Mobility easier with newest parking law

Gov. James Thompson signed a new handicapped parking law on Sept. 17. The new statute will require all handicapped parking spaces to be widened to 16 feet and to be posted with signs designating their reserved status.

At last, someone had the good sense to realize the average parking space simply can’t accomodate the equipment disabled people rely on for mobility. A good number of spaces are barely wide enough to accomodate people who have full use of their legs, much less hydraulic van lifts, wheelchairs and walkers.

Wider spaces are necessary if handicapped parking is to serve its purpose effectively. Spaces that go unused do so not because there’s no need or demand for them, but because they aren’t designed properly.

Posting reserved signs on handicapped parking spaces is another idea that’s overdue. A wheelchair painted on the asphalt in a parking lot simply doesn’t do the trick. Paint fades. Night falls. And it snows in the Midwest.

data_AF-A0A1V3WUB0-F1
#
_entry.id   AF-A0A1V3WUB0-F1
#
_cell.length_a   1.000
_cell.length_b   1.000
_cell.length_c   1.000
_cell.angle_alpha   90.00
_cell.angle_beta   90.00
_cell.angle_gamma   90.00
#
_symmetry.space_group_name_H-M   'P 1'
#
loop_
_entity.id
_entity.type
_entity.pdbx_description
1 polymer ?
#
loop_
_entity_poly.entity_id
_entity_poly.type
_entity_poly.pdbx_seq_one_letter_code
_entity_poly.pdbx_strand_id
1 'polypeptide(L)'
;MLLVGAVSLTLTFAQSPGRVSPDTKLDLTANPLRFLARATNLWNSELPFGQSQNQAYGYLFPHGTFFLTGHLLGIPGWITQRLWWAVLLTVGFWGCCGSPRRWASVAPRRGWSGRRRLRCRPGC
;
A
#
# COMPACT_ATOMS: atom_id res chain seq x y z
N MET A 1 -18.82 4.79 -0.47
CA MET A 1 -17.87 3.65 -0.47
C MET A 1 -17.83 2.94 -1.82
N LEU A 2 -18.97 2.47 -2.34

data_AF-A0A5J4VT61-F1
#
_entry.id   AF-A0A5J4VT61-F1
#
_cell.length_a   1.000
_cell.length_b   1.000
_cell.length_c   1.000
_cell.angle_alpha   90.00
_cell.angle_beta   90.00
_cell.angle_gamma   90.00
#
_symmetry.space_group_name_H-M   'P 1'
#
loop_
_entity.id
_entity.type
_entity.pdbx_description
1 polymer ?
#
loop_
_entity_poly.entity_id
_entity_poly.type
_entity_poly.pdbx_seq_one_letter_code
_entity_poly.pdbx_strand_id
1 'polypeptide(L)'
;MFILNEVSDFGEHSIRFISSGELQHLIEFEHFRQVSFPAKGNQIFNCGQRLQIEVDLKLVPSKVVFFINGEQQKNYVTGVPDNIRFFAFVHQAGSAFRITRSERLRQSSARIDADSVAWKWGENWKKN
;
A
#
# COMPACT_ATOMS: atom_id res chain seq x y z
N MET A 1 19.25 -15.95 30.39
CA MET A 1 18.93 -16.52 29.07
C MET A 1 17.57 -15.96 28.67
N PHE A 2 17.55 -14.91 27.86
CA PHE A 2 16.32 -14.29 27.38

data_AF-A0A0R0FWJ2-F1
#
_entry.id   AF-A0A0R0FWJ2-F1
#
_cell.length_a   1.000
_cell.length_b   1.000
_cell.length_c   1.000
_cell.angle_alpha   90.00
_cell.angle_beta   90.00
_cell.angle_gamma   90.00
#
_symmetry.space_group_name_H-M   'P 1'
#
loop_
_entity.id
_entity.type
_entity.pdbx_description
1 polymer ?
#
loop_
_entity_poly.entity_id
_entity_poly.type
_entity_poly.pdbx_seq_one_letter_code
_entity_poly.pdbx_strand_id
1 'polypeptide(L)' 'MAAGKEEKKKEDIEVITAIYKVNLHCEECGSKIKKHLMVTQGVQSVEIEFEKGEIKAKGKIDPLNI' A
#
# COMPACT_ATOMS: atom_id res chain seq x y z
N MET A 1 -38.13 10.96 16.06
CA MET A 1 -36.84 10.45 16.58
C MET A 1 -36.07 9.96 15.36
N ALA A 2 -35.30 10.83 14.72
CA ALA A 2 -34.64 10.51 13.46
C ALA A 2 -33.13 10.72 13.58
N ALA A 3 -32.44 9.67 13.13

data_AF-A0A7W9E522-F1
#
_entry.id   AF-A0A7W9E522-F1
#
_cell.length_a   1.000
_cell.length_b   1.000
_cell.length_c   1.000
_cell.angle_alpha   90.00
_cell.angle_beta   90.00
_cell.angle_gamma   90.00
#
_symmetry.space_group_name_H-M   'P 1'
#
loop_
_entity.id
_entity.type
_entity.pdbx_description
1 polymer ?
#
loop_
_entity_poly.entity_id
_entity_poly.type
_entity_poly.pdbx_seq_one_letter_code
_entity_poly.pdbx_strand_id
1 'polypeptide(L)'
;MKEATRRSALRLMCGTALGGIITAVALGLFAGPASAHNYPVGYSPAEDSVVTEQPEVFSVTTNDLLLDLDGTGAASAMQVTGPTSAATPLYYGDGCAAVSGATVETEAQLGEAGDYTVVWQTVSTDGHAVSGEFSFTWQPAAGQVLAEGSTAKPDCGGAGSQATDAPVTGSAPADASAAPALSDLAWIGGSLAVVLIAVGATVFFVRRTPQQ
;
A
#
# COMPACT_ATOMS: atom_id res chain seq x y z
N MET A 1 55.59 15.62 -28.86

No doubt about it, there are selfish, lazy, insensitive clods out there who don’t care when they take a handicapped parking space that they’re making life even more difficult for people whose lives are complicated enough.

But many spaces are so poorly marked that even the most considerate person could end up violating the law—and the rights of the disabled. The new signs will clearly designate reserved handicapped spaces—regardless of the time of day or weather conditions.

Many handicapped spaces at NIU already are posted with blue signs designating them as reserved, and the rest will be soon. Now no one has any excuses for parking illegally in a space reserved for the disabled.

As for any selfish, lazy, insensitive clods who are left out there—a little consideration and respect goes a long way. Before taking a handicapped space to avoid having to walk, think about what it would be like not to be able to walk at all.